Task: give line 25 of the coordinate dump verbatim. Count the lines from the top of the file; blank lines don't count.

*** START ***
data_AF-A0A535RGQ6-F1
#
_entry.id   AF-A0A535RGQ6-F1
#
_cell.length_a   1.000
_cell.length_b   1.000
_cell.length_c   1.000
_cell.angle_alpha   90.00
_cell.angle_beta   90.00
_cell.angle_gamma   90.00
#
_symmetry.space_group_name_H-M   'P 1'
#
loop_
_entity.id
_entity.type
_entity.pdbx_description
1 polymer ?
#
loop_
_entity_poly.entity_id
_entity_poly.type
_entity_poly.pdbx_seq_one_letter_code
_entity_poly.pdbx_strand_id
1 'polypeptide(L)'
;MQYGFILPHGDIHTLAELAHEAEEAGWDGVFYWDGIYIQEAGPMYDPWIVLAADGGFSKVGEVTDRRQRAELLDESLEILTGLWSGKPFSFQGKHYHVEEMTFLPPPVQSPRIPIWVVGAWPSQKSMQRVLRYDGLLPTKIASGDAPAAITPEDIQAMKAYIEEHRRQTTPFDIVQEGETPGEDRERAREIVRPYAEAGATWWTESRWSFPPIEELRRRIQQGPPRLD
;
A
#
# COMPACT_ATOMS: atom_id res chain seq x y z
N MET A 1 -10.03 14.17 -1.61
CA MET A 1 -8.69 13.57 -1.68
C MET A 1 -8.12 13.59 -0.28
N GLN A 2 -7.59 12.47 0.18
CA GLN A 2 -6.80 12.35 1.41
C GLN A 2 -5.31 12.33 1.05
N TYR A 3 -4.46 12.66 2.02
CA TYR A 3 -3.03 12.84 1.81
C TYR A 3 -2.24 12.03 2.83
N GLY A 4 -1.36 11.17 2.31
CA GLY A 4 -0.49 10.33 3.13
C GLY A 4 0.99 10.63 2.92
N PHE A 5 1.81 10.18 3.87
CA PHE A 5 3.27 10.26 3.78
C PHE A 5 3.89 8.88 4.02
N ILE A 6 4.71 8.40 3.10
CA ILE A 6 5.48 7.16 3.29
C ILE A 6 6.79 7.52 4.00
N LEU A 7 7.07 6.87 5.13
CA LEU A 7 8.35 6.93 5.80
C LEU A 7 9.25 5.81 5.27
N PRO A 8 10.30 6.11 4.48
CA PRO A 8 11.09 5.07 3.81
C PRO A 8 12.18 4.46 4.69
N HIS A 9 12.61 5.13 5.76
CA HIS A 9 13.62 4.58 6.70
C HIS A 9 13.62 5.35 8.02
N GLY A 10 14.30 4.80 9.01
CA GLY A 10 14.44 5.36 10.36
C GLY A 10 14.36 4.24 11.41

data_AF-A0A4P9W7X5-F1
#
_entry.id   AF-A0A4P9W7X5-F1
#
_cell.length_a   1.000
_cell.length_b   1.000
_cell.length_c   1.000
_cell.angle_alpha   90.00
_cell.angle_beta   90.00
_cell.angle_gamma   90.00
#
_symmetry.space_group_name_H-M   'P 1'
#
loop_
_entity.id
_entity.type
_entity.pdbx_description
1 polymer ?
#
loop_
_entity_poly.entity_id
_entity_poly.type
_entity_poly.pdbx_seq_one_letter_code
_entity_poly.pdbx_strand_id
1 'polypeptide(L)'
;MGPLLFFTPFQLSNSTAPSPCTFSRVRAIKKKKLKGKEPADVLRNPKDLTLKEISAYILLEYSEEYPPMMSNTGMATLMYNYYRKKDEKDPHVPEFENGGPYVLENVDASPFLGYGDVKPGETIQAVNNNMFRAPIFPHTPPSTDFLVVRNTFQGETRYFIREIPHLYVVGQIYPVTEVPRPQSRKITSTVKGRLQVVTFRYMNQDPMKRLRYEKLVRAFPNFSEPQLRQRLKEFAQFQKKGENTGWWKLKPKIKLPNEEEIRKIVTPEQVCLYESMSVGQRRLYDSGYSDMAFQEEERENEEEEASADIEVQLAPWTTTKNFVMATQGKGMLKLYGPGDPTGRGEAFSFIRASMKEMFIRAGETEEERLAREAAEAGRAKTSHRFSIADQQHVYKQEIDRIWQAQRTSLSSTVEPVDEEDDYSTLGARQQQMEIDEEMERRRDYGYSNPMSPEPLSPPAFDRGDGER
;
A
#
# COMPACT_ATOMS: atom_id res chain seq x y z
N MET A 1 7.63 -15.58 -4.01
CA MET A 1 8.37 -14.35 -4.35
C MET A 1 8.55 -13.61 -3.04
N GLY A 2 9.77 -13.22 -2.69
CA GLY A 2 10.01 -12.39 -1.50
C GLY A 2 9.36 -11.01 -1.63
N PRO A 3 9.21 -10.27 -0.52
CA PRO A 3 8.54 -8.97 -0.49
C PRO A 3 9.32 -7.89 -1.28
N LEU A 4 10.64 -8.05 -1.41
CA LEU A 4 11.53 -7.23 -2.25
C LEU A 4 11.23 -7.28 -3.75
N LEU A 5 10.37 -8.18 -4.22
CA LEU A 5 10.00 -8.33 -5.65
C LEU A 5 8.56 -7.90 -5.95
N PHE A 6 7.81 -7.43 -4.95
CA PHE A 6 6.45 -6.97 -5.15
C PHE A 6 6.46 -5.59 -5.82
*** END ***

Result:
1 'polypeptide(L)'